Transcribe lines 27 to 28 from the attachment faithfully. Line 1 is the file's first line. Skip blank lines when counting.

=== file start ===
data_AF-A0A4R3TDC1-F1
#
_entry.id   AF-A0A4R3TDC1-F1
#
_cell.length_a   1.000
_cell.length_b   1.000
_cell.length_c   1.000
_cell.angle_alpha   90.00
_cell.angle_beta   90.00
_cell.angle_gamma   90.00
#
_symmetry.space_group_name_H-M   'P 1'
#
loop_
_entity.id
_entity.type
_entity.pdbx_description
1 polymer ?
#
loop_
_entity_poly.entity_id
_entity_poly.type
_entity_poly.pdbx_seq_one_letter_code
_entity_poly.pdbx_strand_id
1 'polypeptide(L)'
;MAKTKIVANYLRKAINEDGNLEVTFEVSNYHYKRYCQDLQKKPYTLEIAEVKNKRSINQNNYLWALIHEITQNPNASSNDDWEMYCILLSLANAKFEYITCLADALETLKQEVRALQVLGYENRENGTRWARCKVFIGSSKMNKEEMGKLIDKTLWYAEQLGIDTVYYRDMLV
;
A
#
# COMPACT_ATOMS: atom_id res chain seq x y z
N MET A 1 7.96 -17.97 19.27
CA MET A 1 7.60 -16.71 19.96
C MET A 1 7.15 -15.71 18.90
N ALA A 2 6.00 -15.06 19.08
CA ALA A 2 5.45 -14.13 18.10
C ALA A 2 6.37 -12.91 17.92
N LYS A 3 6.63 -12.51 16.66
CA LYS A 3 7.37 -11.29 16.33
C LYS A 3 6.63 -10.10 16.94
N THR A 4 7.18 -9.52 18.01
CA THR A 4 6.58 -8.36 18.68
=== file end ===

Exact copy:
;
A